Joined: Jan 01, 2006 Posts: 500 Location: New Jersey
Posted: Fri Aug 18, 2006 2:26 pm Post subject:
I and my firm have a great deal of experience in this space. However, I don't understand what you mean by "traps for new players".
The biggest problem we've found is the implementation of a truly usable and robust Service Catalog that is accessible by everyone in the enterprise who needs it and that can generate appropriate Service Requests which can be managed through completion. The catalog must be able to provide complete transparency as to the work going on to manage the Service Requests, for the Requestor, for the Accountable Service Group doing the work, for executive management to see, etc. The catalog must also be generic enough to allow for the definition of many different Services that meet the needs of the entire enterprise, not just the IT staff.
We've seen many mid-to-large companies try to go the cheap route and implement Service Catalogs through spreadsheets and/or static web pages, only to have to scrap their implementations as entire failures after long painful rollouts (in the end they burned all that money and it wasn't cheap for them, at all!). This is because these solutions are totally unusable and ultimately unacceptable in large geographically disperse enterprises that have many different organizations who rely on the Services and the Service Groups.
Here are some general requirements for your Service Catalog:
- Service Owners must be able to define and publish new Services
- Service Owners must be able to assign default Service Groups to their Services
- Services must be editable
- End Users must be able to easily search for, find, and invoke Services
- Invokation of Services should lead to one or more manageable Service Requests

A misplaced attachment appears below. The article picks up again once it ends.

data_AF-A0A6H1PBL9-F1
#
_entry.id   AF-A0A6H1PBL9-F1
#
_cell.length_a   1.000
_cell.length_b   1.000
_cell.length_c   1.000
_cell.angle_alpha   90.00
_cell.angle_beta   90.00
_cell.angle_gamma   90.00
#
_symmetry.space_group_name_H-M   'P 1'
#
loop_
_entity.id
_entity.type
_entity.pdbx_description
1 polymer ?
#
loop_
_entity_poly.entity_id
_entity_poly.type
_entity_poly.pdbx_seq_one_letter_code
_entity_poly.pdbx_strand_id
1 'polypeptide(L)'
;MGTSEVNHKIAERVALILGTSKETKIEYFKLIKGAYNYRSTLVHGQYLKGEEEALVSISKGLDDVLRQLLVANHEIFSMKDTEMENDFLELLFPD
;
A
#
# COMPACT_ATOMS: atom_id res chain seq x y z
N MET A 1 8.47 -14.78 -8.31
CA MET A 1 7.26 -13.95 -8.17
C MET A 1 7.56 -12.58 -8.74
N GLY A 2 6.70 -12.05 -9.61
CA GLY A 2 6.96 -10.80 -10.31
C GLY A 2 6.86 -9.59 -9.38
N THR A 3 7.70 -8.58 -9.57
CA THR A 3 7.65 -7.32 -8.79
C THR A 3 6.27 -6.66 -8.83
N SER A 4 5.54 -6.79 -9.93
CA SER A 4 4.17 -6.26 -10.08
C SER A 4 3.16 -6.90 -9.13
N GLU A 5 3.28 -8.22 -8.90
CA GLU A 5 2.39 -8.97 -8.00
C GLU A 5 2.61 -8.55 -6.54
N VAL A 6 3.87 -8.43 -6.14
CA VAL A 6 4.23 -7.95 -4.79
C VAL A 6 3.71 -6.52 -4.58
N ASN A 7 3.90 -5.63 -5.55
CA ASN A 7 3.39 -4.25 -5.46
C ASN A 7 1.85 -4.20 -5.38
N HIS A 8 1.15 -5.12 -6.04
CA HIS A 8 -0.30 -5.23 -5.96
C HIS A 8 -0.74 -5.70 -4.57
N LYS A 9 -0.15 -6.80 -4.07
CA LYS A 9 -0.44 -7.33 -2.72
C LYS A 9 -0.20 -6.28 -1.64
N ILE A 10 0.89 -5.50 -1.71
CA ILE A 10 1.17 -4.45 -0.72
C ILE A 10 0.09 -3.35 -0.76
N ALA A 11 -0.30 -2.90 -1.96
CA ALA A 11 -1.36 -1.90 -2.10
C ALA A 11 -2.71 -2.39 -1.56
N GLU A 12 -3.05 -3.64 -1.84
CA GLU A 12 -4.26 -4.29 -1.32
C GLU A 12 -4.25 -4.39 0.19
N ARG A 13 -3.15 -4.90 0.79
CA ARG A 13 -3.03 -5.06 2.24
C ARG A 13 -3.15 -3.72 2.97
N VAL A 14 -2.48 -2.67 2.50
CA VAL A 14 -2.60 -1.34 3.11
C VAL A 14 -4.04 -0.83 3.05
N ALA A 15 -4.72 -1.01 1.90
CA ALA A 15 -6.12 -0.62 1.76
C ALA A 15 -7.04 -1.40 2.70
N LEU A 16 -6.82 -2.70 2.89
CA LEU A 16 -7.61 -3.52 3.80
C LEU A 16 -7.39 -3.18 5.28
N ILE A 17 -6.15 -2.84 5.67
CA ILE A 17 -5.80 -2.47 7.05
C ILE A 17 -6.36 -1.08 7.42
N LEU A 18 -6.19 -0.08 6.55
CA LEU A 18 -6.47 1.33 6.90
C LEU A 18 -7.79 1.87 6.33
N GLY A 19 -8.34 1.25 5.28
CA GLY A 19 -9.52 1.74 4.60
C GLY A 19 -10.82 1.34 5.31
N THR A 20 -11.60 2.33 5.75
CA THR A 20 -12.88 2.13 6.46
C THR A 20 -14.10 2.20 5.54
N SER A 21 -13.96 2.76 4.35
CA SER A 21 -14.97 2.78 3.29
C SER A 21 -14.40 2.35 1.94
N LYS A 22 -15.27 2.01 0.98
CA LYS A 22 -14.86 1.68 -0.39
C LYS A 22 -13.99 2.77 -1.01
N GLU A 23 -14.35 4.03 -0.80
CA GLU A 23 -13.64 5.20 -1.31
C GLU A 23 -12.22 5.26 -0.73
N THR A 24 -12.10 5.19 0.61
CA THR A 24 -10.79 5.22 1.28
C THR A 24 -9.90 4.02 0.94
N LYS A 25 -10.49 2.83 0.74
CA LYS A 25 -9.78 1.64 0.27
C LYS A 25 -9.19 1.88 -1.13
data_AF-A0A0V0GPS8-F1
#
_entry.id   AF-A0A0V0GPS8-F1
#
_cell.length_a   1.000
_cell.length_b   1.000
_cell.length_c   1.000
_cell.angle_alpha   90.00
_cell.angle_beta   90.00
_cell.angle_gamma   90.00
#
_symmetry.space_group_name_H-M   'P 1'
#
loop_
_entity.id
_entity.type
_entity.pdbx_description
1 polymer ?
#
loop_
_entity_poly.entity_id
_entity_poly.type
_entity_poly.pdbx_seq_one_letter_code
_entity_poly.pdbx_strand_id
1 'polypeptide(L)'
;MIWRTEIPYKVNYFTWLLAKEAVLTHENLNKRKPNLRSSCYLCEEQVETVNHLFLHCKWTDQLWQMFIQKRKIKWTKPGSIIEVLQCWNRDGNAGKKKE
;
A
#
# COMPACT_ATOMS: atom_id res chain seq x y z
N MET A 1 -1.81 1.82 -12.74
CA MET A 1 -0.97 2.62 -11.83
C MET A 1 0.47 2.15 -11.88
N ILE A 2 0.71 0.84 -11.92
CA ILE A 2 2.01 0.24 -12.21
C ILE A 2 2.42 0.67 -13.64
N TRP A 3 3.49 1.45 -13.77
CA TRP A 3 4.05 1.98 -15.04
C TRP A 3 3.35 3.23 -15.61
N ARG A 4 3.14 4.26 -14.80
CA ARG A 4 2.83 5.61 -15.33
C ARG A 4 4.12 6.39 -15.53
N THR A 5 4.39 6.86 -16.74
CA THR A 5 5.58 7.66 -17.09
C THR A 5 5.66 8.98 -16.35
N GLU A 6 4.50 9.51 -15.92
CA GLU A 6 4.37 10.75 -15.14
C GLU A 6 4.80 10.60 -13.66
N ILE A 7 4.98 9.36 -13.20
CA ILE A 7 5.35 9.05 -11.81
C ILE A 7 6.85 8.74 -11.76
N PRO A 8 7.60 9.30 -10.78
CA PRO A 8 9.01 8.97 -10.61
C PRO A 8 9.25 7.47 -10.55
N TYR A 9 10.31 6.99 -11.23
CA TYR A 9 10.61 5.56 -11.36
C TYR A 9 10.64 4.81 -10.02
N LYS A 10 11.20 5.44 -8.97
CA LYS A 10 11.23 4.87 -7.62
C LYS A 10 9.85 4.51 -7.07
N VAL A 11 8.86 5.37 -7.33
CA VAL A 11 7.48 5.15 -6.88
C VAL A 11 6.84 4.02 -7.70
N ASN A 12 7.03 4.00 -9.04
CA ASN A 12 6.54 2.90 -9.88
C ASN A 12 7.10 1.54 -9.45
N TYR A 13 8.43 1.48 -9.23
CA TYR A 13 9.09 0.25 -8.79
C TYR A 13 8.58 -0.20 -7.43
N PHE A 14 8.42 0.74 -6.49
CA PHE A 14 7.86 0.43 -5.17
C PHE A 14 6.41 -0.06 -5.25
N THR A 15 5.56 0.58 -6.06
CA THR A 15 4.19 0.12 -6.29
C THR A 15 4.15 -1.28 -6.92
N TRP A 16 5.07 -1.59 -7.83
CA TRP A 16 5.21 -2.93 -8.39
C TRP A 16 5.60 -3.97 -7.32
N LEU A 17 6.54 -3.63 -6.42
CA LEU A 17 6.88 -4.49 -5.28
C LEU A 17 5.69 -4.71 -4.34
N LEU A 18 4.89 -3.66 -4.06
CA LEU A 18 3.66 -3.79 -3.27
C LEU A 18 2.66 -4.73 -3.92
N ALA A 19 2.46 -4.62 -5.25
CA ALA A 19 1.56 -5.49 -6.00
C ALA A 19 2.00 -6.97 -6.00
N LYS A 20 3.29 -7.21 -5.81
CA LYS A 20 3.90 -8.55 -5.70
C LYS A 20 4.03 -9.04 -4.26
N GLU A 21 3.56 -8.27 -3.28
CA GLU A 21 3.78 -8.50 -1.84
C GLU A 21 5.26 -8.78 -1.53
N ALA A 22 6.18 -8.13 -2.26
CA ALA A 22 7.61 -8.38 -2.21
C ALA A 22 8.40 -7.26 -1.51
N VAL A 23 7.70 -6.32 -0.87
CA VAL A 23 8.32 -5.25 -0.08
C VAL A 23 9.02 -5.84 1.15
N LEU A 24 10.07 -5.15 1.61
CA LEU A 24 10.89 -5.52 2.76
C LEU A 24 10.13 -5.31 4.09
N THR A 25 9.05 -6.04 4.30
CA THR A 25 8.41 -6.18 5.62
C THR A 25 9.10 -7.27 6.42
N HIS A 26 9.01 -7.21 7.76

- Accountable Service Groups should be able to manage Service Requests through completion
- Requestors should be able to see progress on the Service Requests, including Requested Priority vs. Assessed Priority
- Everyone should be able to collaborate in the platform on both the Services, themselves, as well as on the Service Requests that are being managed
- All entities associated with Services, Service Requests, Service Groups, Resources, Documents, etc. should all be fully visible in the CMDB, including all relationships between them.
- Services in the Service Catalog should have clearly published SLAs
- The catalog should allow for the publishing and access of related documentation to both Services and Service Requests
- Service Teams should be able to run reports on Services and Service Requests to allow for trending and analysis
- Service Requests should correlate back to formal Projects that have been approved
- The Service Catalog should allow you to quickly spot and optimize redundant Services and Service Groups
- Services should allow for the publishing of SLAs
- Service Requests should allow for the harvesting of metrics to be used for comparison against the SLAs
There are "many" more requirements but the above should give you a warm feeling of what it takes to be successful with a Service Catalog.
Anyhow, I don't know if I've properly addressed your questions. If not and you'd like to contact me offline, please feel free to do so at: Frank.Guerino@TraverseIT.com, I'd be more than happy to help you with any questions you have.
Regards, _________________ [Edited by Admin to remove link]
Joined: Aug 11, 2006 Posts: 262 Location: Netherlands
Posted: Fri Aug 18, 2006 5:40 pm Post subject:
I've worked on setting up sla's (actually OLA's) for a telco, where I operated from a business perspective. My main experience so far being with ITIL and "regular" ICT (mostly IT without the C), I found some trouble adressing differences between IT (Information Tech.) and TI (tech. Infrastructure). The latter being very specific for telco's (major tech, platforms from suppliers such as Siemens, Alcatel etc.). My aim was to use one sla template (incl. service descriptions) for both IT and TI.
I found myself being in danger of detailing too much on the level of TI-components with which I was unfamiliair, where I should have thought and worked more in terms of TI-functionality (end to end service). Also, the guys from TI were not familiair with ITIL, therefor a lot of communication had to be put in to convince them of the benefits. In 2 out of 3 cases, I found myself succesfull. The delivery of the 3rd SLA was postponed for a while, and will be re-started next year.
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